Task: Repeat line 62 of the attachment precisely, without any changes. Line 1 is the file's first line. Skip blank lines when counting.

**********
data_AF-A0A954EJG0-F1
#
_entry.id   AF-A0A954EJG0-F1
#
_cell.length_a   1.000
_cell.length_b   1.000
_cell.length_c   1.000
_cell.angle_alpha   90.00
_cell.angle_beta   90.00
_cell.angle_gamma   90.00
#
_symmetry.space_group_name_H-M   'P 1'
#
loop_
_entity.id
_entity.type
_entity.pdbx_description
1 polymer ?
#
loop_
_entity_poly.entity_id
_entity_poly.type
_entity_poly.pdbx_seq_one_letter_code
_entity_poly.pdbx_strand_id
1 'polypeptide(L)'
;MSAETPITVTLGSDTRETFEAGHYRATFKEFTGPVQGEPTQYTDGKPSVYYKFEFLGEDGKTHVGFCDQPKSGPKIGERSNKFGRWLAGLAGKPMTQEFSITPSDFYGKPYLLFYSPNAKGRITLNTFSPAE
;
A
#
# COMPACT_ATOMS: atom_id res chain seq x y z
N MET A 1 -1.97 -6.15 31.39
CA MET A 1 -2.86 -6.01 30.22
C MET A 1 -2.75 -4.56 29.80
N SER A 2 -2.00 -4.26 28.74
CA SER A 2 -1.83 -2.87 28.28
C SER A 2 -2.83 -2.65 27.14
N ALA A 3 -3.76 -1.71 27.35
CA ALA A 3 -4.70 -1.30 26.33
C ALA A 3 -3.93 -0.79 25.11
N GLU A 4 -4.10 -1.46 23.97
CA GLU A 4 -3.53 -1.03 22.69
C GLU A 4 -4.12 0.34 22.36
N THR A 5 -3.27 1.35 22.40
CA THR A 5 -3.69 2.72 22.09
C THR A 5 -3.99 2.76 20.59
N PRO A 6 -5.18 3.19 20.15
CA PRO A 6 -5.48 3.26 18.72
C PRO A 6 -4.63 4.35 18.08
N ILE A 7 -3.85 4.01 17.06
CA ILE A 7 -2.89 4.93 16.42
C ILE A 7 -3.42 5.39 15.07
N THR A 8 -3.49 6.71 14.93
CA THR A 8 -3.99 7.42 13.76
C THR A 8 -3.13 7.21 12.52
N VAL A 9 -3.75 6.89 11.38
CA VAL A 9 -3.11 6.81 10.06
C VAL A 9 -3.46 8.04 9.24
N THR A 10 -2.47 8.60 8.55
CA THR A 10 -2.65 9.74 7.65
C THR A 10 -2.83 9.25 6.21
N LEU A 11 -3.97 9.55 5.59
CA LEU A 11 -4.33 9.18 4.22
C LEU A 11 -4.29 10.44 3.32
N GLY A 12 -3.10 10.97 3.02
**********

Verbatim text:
CA LEU A 11 -4.33 9.18 4.22